Rob Cohen is a hit and miss director. Hits that include The Fast and the Furious and xXx, and misses such as Stealth and The Skulls. His latest film, Alex Cross, falls somewhere in between.
Based on a character created by author James Patterson, “Cross” has been on the big screen before. In Kiss the Girls and Along Came a Spider, he was portrayed by Morgan Freeman. This time, Tyler Perry takes on the title role.
The plot for Alex Cross is lifted from the 12th novel featuring Patterson’s favorite detective. In it he’s a homicide detective in Detroit (a change from the books, which are generally set in Washington, D.C.). Cross and his partner “Tommy Kane” (Edward Burns), along with another detective, “Monica Ashe” (Rachel Nichols) open the film chasing down and catching a criminal on the run. Then Alex goes home to his wife while Tommy and Monica go home with each other, violating rules.
Cross and Kane are then summoned to a crime scene that night and it’s a doozy. A woman has been tortured and killed, along with her three bodyguards. The killer left behind a charcoal drawing that contains a clue to his next target and soon Cross and team are racing to protect this target from the killer, known only as “The Butcher of Sligo” (Matthew Fox). They manage to stop him from getting to his target, but they see him and he sees them.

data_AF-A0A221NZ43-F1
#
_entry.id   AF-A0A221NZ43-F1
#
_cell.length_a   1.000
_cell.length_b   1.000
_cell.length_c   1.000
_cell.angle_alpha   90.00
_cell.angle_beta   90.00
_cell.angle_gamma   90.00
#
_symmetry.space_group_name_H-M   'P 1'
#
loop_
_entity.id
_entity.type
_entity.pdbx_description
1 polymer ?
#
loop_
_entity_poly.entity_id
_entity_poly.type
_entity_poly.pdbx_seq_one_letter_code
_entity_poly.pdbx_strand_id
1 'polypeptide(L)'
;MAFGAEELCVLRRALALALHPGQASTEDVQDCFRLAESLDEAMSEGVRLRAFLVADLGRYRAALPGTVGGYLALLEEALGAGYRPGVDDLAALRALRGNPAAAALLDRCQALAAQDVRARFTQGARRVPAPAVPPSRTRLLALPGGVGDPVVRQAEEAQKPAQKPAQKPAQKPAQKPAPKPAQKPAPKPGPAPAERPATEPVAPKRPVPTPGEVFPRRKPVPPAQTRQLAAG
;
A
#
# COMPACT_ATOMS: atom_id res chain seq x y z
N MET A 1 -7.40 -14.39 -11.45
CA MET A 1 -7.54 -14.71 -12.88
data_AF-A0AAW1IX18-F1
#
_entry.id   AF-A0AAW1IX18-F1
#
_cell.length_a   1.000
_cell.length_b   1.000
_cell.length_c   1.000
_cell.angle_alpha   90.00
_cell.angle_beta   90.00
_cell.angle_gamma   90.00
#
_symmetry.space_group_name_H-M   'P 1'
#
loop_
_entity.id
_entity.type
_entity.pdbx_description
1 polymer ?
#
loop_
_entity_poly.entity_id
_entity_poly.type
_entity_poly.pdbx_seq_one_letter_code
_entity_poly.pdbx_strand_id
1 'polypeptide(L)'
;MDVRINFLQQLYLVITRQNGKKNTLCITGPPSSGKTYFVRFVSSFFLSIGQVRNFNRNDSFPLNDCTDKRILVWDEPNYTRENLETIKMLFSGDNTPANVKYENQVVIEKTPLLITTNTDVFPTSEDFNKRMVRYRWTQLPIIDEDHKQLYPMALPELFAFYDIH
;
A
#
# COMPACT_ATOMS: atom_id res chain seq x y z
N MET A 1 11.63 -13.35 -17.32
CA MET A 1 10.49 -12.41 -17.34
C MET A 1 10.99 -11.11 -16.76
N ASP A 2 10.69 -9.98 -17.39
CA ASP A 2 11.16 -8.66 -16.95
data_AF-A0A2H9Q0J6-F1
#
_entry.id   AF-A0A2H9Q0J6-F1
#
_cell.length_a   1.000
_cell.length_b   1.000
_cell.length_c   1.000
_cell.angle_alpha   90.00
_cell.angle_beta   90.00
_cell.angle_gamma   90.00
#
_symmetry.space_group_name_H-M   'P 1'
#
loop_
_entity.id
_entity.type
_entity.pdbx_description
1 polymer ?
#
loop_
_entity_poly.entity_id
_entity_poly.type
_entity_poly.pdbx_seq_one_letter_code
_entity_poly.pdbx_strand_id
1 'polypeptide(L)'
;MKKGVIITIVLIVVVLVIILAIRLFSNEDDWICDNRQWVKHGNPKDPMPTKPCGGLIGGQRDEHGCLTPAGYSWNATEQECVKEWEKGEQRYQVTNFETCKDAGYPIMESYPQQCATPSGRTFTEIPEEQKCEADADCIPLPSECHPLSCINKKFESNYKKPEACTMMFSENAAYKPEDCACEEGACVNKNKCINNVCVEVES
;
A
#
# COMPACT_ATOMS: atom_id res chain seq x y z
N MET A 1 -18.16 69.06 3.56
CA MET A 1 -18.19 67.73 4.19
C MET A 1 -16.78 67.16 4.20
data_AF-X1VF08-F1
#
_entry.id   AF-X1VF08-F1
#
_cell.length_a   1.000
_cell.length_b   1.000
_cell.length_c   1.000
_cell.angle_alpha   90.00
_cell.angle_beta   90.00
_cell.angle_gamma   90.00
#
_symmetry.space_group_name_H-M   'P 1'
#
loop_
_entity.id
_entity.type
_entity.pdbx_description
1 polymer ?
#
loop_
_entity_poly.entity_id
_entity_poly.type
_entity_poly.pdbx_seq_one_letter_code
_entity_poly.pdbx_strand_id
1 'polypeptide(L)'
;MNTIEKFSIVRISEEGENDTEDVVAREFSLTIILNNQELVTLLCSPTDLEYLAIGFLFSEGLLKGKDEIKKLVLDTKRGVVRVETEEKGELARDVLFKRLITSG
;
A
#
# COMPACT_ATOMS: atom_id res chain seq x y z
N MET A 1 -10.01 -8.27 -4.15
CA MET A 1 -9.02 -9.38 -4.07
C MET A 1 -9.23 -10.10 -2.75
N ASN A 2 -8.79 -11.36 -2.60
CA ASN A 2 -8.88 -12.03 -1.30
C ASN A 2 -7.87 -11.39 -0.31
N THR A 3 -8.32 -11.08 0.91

Cross, who is a psychologist and criminal profiler as well as a superior detective, is asked if he thinks the killer will come after his team and he says that’s not part of his profile… he turns out to be wrong.
The struggle between Cross and The Butcher becomes personal and the last half of the film is a race to prevent another murder. Cross also sets out for revenge and redemption, angry at himself for not recognizing that he and others he cares about were in jeopardy from this killer.
I haven’t read this specific Patterson novel, but his works are usually excellent and he spins a great mystery yarn. Alex Cross is a bit more action that one might anticipate from one of his mystery stories involving the titular character, but that’s not necessarily a bad thing. Action sequences are one of director Cohen’s strengths. Even in the horrible disaster that was Stealth, the action was very well done. And that’s the case here.
Perry is not great as the brooding, reflective detective. An actor who might have been more into the psyche and less the physicality of the character would have been better. Idris Elba was one of those mentioned as a possibility for this role and he might have been a better choice. However, to Perry’s credit, he and Edward Burns have the kind of on-screen chemistry one would expect of life-long friends and cops who are long-time partners.
Side stories about a teen girl who is taking the rap for a murder she didn’t commit provide needed plot points, but the film might have been better served by delving more into what makes the title character so interesting in the novels. This isn’t a great film, but it’s definitely better than most are describing it and worthy of at least a bargain matinee.